Parallel imports & counterfeit goods

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Parallel imports and counterfeit goods can be stopped in some cases.  We tell you if there is a practical solution and what can be done. In many cases there is the risk of a heavy fine and criminal prosecution as well as damages and other remedies. We are specialists in  planning a strategy for the delivery of a solution.

Our clients include software, technology, merchandising, fashion and retail companies. We work to prevent parallel imports and counterfeit goods from diminishing our client’s brands.

What can be done it you are infringed?

There can be a variety of options to consider.  The choice of which option is best will depend upon the circumstances.  We guide owners of IP rights in what action to take.

There is the choice of civil action or criminal action.  We explain in outline the outcomes that can be achieved.

Civil law

Under civil law, remedies include:


Damages serve to compensate the intellectual property rights owner for any loss suffered. For parallel imports, you can receive damages on account breach of a licence or importing agreement. In legal terms parallel imports are distinguished from pirated goods. A reference to a parallel import is to goods which are authentic products. The products are regarded as authentic if they have been made with the owners consent under a licence agreement. But, with a parallel import the jurisdiction clause of the licence agreement has been breached.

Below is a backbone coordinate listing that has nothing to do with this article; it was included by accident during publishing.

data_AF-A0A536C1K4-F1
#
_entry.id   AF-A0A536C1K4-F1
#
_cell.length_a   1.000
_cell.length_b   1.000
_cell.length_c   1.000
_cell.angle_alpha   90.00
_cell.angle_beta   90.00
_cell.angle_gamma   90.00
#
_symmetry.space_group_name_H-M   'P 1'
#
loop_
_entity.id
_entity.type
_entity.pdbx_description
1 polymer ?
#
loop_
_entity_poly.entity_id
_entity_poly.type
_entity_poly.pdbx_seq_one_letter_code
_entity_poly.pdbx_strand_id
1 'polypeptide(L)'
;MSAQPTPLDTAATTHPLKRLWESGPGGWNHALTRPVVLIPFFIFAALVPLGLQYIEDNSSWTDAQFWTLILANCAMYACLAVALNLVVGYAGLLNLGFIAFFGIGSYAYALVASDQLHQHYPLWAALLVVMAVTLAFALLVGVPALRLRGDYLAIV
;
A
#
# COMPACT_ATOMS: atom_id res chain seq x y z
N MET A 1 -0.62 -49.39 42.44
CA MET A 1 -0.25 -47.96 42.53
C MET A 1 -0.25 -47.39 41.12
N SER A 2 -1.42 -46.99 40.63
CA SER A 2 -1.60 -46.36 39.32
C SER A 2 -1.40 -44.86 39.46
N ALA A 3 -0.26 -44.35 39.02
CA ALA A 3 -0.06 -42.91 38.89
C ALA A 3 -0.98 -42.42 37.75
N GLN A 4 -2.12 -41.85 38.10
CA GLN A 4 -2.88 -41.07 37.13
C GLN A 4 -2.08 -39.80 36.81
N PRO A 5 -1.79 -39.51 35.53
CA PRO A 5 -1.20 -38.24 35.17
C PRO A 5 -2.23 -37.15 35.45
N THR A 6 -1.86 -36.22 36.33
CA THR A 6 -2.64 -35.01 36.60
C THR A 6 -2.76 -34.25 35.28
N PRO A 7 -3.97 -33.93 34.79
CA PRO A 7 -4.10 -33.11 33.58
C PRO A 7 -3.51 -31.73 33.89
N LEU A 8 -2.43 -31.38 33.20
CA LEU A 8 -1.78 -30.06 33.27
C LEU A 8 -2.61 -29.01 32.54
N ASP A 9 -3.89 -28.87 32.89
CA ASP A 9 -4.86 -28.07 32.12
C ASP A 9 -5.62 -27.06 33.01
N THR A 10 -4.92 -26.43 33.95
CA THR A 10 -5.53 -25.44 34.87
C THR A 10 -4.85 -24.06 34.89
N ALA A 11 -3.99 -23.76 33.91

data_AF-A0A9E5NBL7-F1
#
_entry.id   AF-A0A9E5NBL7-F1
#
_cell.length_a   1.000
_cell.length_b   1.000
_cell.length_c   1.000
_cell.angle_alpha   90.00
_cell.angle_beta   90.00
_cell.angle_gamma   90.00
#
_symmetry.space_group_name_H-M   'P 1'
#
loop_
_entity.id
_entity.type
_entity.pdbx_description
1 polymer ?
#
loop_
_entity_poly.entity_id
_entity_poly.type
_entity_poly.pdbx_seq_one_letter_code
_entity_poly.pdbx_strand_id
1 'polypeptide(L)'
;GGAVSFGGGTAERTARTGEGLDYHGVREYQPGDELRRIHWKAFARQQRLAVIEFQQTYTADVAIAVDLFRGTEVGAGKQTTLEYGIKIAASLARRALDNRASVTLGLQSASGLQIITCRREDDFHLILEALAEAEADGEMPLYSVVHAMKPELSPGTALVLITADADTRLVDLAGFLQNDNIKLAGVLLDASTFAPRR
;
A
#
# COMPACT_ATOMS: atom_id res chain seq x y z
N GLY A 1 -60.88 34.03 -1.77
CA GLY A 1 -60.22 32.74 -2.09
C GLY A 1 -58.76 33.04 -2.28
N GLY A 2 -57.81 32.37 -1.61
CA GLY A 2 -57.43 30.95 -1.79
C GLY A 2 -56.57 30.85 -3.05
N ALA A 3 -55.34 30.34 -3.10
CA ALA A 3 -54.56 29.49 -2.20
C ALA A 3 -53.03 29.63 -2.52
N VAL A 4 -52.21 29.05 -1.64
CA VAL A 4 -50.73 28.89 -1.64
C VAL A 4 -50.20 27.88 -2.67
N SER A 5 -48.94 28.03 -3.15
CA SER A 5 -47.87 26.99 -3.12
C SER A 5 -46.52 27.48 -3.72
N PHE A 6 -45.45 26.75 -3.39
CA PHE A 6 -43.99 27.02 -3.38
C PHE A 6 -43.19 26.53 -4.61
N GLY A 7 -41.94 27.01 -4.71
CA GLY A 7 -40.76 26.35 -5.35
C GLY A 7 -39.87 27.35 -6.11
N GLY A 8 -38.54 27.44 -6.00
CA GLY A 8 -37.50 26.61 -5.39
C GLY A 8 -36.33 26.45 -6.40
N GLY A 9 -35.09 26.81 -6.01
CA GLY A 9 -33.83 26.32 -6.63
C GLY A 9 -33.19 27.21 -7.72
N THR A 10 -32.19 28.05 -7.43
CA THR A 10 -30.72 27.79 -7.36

Applicable to both parallel imports and piracy is the possibility of claiming damages in the civil court on account of intellectual property infringement. Damages attach to losses in respect of both registered and unregistered IP rights such as trade marks, copyrights and or design rights/community marks. Damages can be awarded by UK civil courts in respect of IP rights registered in the UK or elsewhere in the world.  If the IP right is not registered damages can be paid following a successful passing off claim.

An account of profits

An account of profits can be obtained for both parallel imports and counterfeit goods. The purpose of this remedy is to compensate the profit the infringer has made as a result of the infringement.


For both parallel imports and counterfeit goods, intellectual property rights owners can obtain various injunctions. This is a court order issued by the civil courts preventing the infringer from making and or selling the infringing goods.

Delivery up or destruction of goods